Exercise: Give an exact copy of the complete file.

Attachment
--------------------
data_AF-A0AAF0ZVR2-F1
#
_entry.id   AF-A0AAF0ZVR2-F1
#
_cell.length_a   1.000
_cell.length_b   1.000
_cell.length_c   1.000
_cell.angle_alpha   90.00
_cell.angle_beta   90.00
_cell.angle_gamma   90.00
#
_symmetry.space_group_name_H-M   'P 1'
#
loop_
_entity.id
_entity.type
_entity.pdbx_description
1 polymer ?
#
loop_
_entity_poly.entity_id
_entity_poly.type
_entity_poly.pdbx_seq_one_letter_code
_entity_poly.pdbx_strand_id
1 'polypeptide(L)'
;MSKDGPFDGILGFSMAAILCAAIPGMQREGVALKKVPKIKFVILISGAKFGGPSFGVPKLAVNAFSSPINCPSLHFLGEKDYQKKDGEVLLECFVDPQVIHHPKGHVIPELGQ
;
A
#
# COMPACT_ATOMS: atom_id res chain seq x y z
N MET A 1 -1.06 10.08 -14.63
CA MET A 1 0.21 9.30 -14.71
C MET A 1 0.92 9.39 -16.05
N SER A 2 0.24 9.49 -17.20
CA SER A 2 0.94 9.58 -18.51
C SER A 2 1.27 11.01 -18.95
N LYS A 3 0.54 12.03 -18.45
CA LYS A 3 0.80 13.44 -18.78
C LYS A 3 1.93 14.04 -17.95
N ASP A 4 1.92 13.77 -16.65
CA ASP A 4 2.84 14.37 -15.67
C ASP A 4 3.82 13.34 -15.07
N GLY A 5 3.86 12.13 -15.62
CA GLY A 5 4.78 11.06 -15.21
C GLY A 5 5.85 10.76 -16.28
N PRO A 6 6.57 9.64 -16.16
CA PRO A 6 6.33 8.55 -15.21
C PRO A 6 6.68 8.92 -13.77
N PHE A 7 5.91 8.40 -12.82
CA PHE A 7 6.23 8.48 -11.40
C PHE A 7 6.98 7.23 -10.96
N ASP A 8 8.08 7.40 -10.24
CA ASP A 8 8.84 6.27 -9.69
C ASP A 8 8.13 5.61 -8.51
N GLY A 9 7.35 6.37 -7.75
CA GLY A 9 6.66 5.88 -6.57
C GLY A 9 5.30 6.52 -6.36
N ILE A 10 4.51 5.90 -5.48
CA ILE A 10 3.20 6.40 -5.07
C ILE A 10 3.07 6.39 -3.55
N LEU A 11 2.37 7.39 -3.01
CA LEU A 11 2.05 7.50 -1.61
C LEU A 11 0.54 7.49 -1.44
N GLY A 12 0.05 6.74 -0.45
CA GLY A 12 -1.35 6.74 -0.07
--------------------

data_AF-A0AAF0ZVR2-F1
#
_entry.id   AF-A0AAF0ZVR2-F1
#
_cell.length_a   1.000
_cell.length_b   1.000
_cell.length_c   1.000
_cell.angle_alpha   90.00
_cell.angle_beta   90.00
_cell.angle_gamma   90.00
#
_symmetry.space_group_name_H-M   'P 1'
#
loop_
_entity.id
_entity.type
_entity.pdbx_description
1 polymer ?
#
loop_
_entity_poly.entity_id
_entity_poly.type
_entity_poly.pdbx_seq_one_letter_code
_entity_poly.pdbx_strand_id
1 'polypeptide(L)'
;MSKDGPFDGILGFSMAAILCAAIPGMQREGVALKKVPKIKFVILISGAKFGGPSFGVPKLAVNAFSSPINCPSLHFLGEKDYQKKDGEVLLECFVDPQVIHHPKGHVIPELGQ
;
A
#
# COMPACT_ATOMS: atom_id res chain seq x y z
N MET A 1 -1.06 10.08 -14.63
CA MET A 1 0.21 9.30 -14.71
C MET A 1 0.92 9.39 -16.05
N SER A 2 0.24 9.49 -17.20
CA SER A 2 0.94 9.58 -18.51
C SER A 2 1.27 11.01 -18.95
N LYS A 3 0.54 12.03 -18.45
CA LYS A 3 0.80 13.44 -18.78
C LYS A 3 1.93 14.04 -17.95
N ASP A 4 1.92 13.77 -16.65
CA ASP A 4 2.84 14.37 -15.67
C ASP A 4 3.82 13.34 -15.07
N GLY A 5 3.86 12.13 -15.62
CA GLY A 5 4.78 11.06 -15.21
C GLY A 5 5.85 10.76 -16.28
N PRO A 6 6.57 9.64 -16.16
CA PRO A 6 6.33 8.55 -15.21
C PRO A 6 6.68 8.92 -13.77
N PHE A 7 5.91 8.40 -12.82
CA PHE A 7 6.23 8.48 -11.40
C PHE A 7 6.98 7.23 -10.96
N ASP A 8 8.08 7.40 -10.24
CA ASP A 8 8.84 6.27 -9.69
C ASP A 8 8.13 5.61 -8.51
N GLY A 9 7.35 6.37 -7.75
CA GLY A 9 6.66 5.88 -6.57
C GLY A 9 5.30 6.52 -6.36
N ILE A 10 4.51 5.90 -5.48
CA ILE A 10 3.20 6.40 -5.07
C ILE A 10 3.07 6.39 -3.55
N LEU A 11 2.37 7.39 -3.01
CA LEU A 11 2.05 7.50 -1.61
C LEU A 11 0.54 7.49 -1.44
N GLY A 12 0.05 6.74 -0.45
CA GLY A 12 -1.35 6.74 -0.07